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It's time to fire up your imagination.

A fireplace is not only practical, it's also high on the style hot-list. JULIA GRAY warms up to the idea

THE days may be getting a bit warmer, and the spring flowers may be daring to rear their heads; but generally speaking, we are still in winter, and winter means one very welcome addition to any home - a fireplace.

A good fireplace doesn't only give warmth though. A well-chosen design to match the feel and period of your home can create a strong and attractive focal point of your room, whatever the weather outside.

If you have a period home but no original fireplaces (or you want contemporary fireplaces for a modern home), eBay is a great place to look for bargains. It's a good idea to watch some auctions first to see what fireplaces like those you want are going for, and remember to factor in the cost of petrol, as most fireplaces are collection only.

You can also buy fireplaces from other websites, high-street shops, DIY stores and architectural salvage yards, or sometimes, if you're lucky, you can find them in skips and give-away websites such as Freecycle.

That said, while it is more environmentally friendly and often cheaper to buy a reclaimed period fireplace than a new reproduction one, if you want your fireplace for actual use not just decoration, reproduction ones are often better suited.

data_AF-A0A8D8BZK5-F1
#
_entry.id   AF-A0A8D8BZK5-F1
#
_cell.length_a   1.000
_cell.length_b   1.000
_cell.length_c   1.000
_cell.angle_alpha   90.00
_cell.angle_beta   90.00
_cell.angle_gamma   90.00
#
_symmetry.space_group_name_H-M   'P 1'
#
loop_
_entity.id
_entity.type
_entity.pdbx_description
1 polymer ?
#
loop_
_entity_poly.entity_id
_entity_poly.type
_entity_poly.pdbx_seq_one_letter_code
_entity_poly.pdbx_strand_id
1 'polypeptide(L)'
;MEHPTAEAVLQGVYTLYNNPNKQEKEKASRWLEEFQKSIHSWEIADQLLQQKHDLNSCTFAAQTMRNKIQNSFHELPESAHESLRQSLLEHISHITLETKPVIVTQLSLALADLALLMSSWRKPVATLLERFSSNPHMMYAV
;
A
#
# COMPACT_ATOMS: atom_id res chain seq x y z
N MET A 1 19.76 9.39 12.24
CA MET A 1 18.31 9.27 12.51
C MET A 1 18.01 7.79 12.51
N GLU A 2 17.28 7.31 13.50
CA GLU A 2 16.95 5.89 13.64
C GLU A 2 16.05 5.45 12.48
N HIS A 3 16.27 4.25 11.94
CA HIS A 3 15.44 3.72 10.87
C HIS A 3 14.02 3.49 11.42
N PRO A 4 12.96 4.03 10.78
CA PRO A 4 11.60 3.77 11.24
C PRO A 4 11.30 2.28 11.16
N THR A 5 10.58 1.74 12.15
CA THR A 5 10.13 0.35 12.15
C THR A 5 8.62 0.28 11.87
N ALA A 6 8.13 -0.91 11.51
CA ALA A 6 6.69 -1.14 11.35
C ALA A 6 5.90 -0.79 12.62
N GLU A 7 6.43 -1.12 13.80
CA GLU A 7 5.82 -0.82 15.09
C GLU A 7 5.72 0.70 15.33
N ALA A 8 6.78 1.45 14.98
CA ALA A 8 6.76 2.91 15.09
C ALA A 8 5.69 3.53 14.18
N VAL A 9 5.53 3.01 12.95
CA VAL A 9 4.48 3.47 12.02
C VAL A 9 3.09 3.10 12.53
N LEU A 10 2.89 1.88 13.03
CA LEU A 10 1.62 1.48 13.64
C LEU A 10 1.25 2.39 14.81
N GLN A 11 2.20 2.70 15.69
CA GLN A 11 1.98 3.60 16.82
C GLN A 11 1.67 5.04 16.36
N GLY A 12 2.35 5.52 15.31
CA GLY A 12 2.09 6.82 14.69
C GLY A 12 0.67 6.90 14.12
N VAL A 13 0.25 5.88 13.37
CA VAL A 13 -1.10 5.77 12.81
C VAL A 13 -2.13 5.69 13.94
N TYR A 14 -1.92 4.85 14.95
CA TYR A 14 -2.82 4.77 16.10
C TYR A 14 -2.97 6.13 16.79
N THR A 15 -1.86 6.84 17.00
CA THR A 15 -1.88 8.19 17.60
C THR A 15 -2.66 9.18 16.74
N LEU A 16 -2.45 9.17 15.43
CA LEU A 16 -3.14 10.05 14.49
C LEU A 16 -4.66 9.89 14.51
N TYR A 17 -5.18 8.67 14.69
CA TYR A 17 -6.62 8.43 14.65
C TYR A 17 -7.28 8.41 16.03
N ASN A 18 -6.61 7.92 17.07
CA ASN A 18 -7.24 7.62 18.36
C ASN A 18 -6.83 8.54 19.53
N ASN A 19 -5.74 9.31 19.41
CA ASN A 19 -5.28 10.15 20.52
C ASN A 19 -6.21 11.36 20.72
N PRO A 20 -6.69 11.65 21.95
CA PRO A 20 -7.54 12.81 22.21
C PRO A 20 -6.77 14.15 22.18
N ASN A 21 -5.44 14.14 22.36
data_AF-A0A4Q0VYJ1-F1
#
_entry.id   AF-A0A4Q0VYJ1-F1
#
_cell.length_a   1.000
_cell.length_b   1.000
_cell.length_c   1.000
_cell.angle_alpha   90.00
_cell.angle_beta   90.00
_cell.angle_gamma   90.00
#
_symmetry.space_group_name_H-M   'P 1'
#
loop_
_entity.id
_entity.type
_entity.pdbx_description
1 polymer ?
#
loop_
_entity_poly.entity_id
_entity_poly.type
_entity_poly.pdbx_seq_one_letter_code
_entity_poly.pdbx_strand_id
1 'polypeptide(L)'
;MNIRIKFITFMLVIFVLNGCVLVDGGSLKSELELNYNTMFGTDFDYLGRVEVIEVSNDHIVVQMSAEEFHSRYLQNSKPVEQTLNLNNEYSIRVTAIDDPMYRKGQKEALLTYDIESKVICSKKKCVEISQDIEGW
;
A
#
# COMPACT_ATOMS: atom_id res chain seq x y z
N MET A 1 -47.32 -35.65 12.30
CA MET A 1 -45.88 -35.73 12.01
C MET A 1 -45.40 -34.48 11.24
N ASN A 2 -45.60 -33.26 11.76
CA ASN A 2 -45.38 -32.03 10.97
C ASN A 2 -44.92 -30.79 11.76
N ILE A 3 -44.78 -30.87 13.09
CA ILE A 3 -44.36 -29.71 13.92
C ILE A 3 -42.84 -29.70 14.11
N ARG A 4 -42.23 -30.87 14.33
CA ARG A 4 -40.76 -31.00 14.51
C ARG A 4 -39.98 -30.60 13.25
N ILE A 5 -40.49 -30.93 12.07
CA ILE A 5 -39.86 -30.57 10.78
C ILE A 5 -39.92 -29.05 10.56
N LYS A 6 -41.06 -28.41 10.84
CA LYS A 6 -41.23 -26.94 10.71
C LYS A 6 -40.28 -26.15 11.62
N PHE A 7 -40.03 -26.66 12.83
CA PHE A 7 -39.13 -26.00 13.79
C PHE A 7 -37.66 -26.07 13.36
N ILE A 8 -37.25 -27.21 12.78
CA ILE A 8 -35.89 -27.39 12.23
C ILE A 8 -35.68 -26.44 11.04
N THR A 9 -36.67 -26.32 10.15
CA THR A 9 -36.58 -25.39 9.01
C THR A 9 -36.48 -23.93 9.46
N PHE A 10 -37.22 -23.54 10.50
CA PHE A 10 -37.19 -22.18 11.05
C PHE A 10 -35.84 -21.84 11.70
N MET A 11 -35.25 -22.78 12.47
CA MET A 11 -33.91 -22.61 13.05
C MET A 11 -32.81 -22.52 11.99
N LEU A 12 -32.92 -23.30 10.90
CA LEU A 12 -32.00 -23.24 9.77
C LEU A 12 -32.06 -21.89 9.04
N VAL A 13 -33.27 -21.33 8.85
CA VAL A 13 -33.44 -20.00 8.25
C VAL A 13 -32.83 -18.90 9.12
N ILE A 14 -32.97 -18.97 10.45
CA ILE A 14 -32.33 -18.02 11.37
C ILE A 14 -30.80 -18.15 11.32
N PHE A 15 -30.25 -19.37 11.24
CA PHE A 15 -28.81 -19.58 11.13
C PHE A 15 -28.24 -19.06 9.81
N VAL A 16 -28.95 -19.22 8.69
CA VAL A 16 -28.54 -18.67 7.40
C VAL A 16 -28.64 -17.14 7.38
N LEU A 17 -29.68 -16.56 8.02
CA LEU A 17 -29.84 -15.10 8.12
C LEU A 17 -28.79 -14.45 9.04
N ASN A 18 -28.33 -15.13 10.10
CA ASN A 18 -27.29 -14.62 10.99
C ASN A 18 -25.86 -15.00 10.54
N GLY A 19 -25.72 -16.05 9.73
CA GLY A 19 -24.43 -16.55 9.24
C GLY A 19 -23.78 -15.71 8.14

Many original fireplaces are missing some parts and fittings needed for a real fire, some of which are hard to replace.

If the fireplace you want to restore seems to be complete though, wooden and metal ones are generally straight-forward for DIYers to repair and renovate (stone are best left to the experts).

If the fireplace is painted and the paint is in poor condition, you may need to strip it off and start again. However, this is a big job, and you can often get away with filling, sanding and repainting instead (depending on the state of it and assuming you'd like a painted finish).

Use a heatproof paint if you intend to have a real fire, at least for the bits closest to the fire.

Metal period fireplaces often have rust on them, but don't be put off. The quickest and easiest solution is to use a paint that can be applied straight to rust, such as Hammerite Direct to Rust Metal Paint (from PS7.98 for 250ml, B&Q). You don't need to use a primer or undercoat.

Hammerite Direct to Rust now comes in lots of colours (both off-the-shelf and mixed in store), but if you'd prefer another colour as a topcoat, try Hammerite Kurust (PS8.49 for 250ml, www.tooled-up.

com) or Hammerite No 1 Rust Beater (PS4.36 for 250ml, www.powertoolsdirect.com) to treat the rust first, depending on the extent of it.

As with any DIY project though, sometimes you need a bit of trial and error to start with, but you will get there in the end.

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CAPTION(S):

A Victorian fireplace, left, and a more modern style, below. If you're planning to restore a stone fireplace, above, it's best left to the experts
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Publication:Birmingham Mail (England)
Date:Mar 1, 2014
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